vSan object checksum

VSAN Object Checksum:

VSAN 6.2 introduced a new feature called object checksum which is enabled by default, but may be enabled or disabled on per virtual machine/object basis via VM storage policies and this policy does end-to-end software checksum to avoid data integrity issues arising due to problems on the underlying storage media. The only reason one might disable it is if the application already has this functionality included.

Rule Name: Disable object check sum


Above screenshots are from vSAN 6.2

If the option is set to No, the object calculates checksum information to ensure the integrity of its data. If this option is set to Yes, the object does not calculate checksum information.

vSAN uses end-to-end checksum to ensure the integrity of data by confirming that each copy of a file is exactly the same as the source file. The system checks the validity of the data during read/write operations, and if an error is detected, vSAN repairs the data or reports the error.

If a checksum mismatch is detected, vSAN automatically repairs the data by overwriting the incorrect data with the correct data. Checksum calculation and error-correction are performed as background operations.

The default setting for all objects in the cluster is No, which means that checksum is enabled.

How it works? 

Checksum in VSAN is implemented using a CRC32 (cyclic redundancy check) algorithm for best performance, that supports CPU offload to reduce overhead. Alongside the checksum verification on read operations, VSAN also has a  scrubber mechanism which checks the data on disk to ensure that it doesn't not have any silent corruption. By default, scrubber is designed to check all of the data once a year, but this can be changed via the advanced setting VSAN.ObjectScrubsPerYear to run more often. For instance, to run this check once in a week, set this value to 52, but be aware that there will be some performance overhead when this operation runs. In addition, there are two levels of scrubbing employed:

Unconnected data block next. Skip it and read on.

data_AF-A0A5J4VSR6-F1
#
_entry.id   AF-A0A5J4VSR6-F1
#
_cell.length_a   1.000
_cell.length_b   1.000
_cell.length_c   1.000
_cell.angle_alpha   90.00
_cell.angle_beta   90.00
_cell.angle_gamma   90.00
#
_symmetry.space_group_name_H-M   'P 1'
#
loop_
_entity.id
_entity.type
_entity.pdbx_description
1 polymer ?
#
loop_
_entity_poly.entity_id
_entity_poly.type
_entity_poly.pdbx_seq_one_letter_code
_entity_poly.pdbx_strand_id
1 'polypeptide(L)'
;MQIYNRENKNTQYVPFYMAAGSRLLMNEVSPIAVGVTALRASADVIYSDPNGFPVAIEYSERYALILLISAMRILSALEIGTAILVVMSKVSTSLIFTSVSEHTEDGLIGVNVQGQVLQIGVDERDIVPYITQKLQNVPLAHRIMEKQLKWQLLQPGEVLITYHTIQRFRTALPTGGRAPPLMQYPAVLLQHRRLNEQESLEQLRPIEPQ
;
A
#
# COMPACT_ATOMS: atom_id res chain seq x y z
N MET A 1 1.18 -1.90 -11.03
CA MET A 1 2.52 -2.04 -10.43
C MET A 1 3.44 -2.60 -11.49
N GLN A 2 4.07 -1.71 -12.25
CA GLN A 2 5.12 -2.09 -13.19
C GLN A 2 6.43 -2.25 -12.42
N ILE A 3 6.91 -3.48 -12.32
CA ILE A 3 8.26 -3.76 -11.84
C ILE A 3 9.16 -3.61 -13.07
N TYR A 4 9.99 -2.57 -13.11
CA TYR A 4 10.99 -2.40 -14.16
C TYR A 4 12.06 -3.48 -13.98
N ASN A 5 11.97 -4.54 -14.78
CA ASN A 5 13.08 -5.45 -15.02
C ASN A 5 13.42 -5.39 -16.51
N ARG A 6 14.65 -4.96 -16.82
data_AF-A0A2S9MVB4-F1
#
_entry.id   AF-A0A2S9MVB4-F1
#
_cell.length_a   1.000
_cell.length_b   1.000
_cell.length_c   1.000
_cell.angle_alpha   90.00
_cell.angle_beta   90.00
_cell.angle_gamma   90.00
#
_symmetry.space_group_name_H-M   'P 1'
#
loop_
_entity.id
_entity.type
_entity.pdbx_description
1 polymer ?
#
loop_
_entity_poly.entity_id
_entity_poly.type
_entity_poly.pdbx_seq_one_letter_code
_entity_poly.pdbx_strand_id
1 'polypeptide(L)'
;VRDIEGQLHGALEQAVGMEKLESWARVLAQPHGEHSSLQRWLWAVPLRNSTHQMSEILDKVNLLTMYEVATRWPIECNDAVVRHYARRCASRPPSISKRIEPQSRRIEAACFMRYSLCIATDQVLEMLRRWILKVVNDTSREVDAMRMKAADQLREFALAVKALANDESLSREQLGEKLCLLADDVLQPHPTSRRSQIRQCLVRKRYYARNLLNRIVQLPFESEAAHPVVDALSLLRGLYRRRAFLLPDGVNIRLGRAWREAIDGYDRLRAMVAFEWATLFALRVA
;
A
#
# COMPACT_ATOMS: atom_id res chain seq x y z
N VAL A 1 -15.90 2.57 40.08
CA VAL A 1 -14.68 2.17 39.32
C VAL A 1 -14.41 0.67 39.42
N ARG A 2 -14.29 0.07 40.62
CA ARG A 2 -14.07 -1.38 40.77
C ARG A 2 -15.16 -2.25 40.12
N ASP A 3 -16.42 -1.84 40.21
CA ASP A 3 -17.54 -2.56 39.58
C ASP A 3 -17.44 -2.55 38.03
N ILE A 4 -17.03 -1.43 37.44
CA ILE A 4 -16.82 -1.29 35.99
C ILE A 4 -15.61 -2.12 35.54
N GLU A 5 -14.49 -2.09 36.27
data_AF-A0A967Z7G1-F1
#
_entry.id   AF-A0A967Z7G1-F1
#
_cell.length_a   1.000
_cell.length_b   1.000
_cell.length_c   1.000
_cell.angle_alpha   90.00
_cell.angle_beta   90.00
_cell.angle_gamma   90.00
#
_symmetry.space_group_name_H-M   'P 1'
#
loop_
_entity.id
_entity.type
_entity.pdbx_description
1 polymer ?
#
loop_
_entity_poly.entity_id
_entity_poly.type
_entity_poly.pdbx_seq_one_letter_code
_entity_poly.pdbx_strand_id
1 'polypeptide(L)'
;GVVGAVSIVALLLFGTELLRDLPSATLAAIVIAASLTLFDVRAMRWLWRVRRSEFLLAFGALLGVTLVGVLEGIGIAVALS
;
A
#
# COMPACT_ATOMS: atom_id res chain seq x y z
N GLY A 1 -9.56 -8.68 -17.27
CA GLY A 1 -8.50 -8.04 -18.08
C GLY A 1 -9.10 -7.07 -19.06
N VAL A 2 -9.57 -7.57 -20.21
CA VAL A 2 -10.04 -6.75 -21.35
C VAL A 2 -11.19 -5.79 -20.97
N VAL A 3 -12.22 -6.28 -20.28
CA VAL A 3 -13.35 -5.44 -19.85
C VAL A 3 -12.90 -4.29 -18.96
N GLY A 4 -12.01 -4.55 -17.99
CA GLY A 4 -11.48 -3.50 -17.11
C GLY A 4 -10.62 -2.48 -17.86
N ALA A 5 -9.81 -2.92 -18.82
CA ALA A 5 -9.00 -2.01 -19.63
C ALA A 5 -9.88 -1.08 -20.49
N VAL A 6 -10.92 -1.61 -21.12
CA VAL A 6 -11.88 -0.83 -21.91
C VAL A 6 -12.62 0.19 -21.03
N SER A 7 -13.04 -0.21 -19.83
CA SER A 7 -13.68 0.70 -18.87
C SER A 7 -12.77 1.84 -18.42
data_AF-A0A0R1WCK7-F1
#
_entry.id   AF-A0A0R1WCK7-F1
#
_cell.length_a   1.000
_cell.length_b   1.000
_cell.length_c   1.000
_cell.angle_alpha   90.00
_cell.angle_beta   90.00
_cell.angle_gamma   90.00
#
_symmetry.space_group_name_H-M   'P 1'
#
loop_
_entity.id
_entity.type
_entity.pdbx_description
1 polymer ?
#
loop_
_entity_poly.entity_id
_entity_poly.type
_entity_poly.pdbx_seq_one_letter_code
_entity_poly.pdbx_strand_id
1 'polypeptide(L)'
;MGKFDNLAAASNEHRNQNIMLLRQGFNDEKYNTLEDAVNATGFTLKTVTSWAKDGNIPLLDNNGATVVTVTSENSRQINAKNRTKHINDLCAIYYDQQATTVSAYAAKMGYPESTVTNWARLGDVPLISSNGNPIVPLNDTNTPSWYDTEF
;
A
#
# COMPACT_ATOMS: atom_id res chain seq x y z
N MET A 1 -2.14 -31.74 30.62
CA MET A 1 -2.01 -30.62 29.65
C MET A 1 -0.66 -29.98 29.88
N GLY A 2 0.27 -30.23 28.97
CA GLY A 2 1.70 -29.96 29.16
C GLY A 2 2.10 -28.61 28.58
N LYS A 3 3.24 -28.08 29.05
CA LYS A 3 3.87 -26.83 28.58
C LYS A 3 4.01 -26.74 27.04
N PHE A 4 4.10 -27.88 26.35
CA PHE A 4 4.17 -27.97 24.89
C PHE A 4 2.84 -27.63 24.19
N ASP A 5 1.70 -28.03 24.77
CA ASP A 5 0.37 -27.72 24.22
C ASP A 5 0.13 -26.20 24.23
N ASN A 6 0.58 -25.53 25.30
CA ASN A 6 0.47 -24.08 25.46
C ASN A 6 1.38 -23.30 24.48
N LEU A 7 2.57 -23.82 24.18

1.Component-level scrubbing – every block of each component is checked. If there is a checksum mismatch, the scrubber tries to repair the block by reading other components.
2.Object-level scrubbing – for every block of the object, data of each mirror (or the parity blocks in RAID-5/6) is read and checked. For inconsistent data, all data in the affected stripe is marked as bad.
During read or write operations software checksum detect the corruptions that could be caused by hardware/software components, including memory, drives, and so on..  In case of drives, there are two basic kinds of corruption.
  1. latent sector errors -  which are typically the result of a physical disk drive malfunction.
  2. silent corruption errors - which can happen without warning (these are typically called silent data corruption).
Undetected or completely silent errors can lead to lost or inaccurate data and significant downtime. There is no other effective means of detection for these type of errors without an end-to-end integrity checking mechanism. During the read/write operations, vSAN checks for the validity of the data based on the checksum. Every 4KB block will have a checksum associated with it. The checksum is 5 bytes in size. When the data is written, the checksum is verified on the same host where the data originates to ensure that if there is any corruption in-flight over the network, it is detected. The checksum is persisted with the data, so that If the data is not valid, vSAN takes the necessary steps to either correct the data or report it to the user to take action. These actions could be as follows:
  • To retrieve a new copy of the data from other replica of the information, stored within the RAID1, RAID5/6 constructs. This is referred to as recoverable data.
  • If there is no valid copy of the data found, an error is returned. These are referred to as non-recoverable errors.

Checksum is fully supported with all of the new features, such as RAID-5/6 erasure encoding, deduplication and compression,  configurations such as VSAN stretched cluster. As mentioned, it is enabled by default with no extra configurations. And if you don’t want it, just disable it in the VM Storage Policy.


Thanks for Reading..

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